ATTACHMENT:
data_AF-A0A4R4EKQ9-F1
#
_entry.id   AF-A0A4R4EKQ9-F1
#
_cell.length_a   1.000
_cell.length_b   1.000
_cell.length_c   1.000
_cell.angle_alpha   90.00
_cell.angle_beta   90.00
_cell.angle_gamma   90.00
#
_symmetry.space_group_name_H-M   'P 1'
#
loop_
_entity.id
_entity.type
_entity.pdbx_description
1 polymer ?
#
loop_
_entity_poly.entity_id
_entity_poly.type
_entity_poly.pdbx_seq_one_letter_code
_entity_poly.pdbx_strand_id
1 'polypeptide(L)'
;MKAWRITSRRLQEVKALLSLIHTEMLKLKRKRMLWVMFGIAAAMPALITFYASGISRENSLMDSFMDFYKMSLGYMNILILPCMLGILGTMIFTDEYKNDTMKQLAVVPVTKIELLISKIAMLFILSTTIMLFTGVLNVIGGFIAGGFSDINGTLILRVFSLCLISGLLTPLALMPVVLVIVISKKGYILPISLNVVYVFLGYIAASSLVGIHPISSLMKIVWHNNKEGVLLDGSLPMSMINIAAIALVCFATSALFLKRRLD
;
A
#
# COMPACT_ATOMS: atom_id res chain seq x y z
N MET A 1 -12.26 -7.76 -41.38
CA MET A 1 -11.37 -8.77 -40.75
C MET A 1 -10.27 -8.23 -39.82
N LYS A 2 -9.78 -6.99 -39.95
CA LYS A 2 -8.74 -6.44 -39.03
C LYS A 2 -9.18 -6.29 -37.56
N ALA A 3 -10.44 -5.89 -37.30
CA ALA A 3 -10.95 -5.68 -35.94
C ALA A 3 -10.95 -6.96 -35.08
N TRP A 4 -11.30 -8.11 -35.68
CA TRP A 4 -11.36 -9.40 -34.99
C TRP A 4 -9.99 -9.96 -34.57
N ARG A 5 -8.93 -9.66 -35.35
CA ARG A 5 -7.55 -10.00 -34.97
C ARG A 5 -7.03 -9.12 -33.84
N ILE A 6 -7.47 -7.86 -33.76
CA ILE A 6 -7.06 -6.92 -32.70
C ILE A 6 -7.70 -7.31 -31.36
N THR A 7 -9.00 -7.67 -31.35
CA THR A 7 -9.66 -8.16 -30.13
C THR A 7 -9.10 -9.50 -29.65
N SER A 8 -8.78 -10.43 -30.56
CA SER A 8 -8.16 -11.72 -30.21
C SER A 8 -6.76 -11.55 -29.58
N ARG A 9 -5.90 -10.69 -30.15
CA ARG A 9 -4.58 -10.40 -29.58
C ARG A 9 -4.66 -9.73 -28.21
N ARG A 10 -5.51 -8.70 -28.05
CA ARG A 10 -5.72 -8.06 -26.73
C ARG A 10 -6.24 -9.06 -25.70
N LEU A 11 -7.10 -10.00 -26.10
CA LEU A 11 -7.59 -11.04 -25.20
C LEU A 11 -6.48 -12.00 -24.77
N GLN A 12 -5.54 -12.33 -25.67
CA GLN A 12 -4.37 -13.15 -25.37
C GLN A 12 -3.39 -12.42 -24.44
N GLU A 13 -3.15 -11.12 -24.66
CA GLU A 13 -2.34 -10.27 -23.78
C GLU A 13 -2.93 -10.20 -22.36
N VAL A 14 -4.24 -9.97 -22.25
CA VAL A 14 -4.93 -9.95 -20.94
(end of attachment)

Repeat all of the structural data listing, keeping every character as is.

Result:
data_AF-A0A4R4EKQ9-F1
#
_entry.id   AF-A0A4R4EKQ9-F1
#
_cell.length_a   1.000
_cell.length_b   1.000
_cell.length_c   1.000
_cell.angle_alpha   90.00
_cell.angle_beta   90.00
_cell.angle_gamma   90.00
#
_symmetry.space_group_name_H-M   'P 1'
#
loop_
_entity.id
_entity.type
_entity.pdbx_description
1 polymer ?
#
loop_
_entity_poly.entity_id
_entity_poly.type
_entity_poly.pdbx_seq_one_letter_code
_entity_poly.pdbx_strand_id
1 'polypeptide(L)'
;MKAWRITSRRLQEVKALLSLIHTEMLKLKRKRMLWVMFGIAAAMPALITFYASGISRENSLMDSFMDFYKMSLGYMNILILPCMLGILGTMIFTDEYKNDTMKQLAVVPVTKIELLISKIAMLFILSTTIMLFTGVLNVIGGFIAGGFSDINGTLILRVFSLCLISGLLTPLALMPVVLVIVISKKGYILPISLNVVYVFLGYIAASSLVGIHPISSLMKIVWHNNKEGVLLDGSLPMSMINIAAIALVCFATSALFLKRRLD
;
A
#
# COMPACT_ATOMS: atom_id res chain seq x y z
N MET A 1 -12.26 -7.76 -41.38
CA MET A 1 -11.37 -8.77 -40.75
C MET A 1 -10.27 -8.23 -39.82
N LYS A 2 -9.78 -6.99 -39.95
CA LYS A 2 -8.74 -6.44 -39.03
C LYS A 2 -9.18 -6.29 -37.56
N ALA A 3 -10.44 -5.89 -37.30
CA ALA A 3 -10.95 -5.68 -35.94
C ALA A 3 -10.95 -6.96 -35.08
N TRP A 4 -11.30 -8.11 -35.68
CA TRP A 4 -11.36 -9.40 -34.99
C TRP A 4 -9.99 -9.96 -34.57
N ARG A 5 -8.93 -9.66 -35.35
CA ARG A 5 -7.55 -10.00 -34.97
C ARG A 5 -7.03 -9.12 -33.84
N ILE A 6 -7.47 -7.86 -33.76
CA ILE A 6 -7.06 -6.92 -32.70
C ILE A 6 -7.70 -7.31 -31.36
N THR A 7 -9.00 -7.67 -31.35
CA THR A 7 -9.66 -8.16 -30.13
C THR A 7 -9.10 -9.50 -29.65
N SER A 8 -8.78 -10.43 -30.56
CA SER A 8 -8.16 -11.72 -30.21
C SER A 8 -6.76 -11.55 -29.58
N ARG A 9 -5.90 -10.69 -30.15
CA ARG A 9 -4.58 -10.40 -29.58
C ARG A 9 -4.66 -9.73 -28.21
N ARG A 10 -5.51 -8.70 -28.05
CA ARG A 10 -5.72 -8.06 -26.73
C ARG A 10 -6.24 -9.06 -25.70
N LEU A 11 -7.10 -10.00 -26.10
CA LEU A 11 -7.59 -11.04 -25.20
C LEU A 11 -6.48 -12.00 -24.77
N GLN A 12 -5.54 -12.33 -25.67
CA GLN A 12 -4.37 -13.15 -25.37
C GLN A 12 -3.39 -12.42 -24.44
N GLU A 13 -3.15 -11.12 -24.66
CA GLU A 13 -2.34 -10.27 -23.78
C GLU A 13 -2.93 -10.20 -22.36
N VAL A 14 -4.24 -9.97 -22.25
CA VAL A 14 -4.93 -9.95 -20.94